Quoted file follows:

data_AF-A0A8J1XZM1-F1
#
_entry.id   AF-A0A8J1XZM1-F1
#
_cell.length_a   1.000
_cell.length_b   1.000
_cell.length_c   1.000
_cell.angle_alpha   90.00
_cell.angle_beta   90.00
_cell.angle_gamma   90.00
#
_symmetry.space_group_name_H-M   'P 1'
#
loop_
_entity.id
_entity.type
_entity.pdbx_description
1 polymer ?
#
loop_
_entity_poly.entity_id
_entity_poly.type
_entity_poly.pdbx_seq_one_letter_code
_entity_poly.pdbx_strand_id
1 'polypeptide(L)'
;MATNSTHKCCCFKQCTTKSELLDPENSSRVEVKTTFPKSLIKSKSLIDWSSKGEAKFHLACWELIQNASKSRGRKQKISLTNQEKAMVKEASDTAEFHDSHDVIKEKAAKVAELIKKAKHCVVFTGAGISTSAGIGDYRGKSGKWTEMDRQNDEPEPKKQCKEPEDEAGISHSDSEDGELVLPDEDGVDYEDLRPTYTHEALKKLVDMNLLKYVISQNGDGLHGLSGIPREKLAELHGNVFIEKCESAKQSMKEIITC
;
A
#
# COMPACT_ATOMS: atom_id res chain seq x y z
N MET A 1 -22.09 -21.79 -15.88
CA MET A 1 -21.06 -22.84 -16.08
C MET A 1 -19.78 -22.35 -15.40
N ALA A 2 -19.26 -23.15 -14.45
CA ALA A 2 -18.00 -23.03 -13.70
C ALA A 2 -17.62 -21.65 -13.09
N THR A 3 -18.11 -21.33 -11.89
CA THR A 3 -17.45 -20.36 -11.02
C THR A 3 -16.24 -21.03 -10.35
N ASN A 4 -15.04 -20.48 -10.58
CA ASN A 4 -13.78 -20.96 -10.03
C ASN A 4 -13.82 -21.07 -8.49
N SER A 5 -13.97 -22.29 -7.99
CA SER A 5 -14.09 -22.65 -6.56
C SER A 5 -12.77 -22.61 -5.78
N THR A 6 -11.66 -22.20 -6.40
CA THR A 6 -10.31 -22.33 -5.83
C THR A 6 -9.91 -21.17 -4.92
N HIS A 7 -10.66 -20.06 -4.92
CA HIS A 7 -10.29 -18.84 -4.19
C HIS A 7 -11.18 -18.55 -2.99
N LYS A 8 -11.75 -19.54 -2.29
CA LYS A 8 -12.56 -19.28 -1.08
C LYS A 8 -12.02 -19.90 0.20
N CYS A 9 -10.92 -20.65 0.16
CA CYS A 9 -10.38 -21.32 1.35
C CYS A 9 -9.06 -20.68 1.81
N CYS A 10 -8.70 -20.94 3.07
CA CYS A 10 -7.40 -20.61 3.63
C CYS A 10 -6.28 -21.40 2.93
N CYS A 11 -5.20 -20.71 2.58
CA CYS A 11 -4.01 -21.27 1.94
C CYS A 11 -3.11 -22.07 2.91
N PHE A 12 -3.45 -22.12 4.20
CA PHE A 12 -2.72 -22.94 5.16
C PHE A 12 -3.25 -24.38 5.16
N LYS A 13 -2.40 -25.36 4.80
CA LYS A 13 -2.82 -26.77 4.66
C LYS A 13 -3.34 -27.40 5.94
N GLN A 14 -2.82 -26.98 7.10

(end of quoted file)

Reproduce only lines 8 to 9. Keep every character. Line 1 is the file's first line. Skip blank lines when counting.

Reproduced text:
_cell.angle_alpha   90.00
_cell.angle_beta   90.00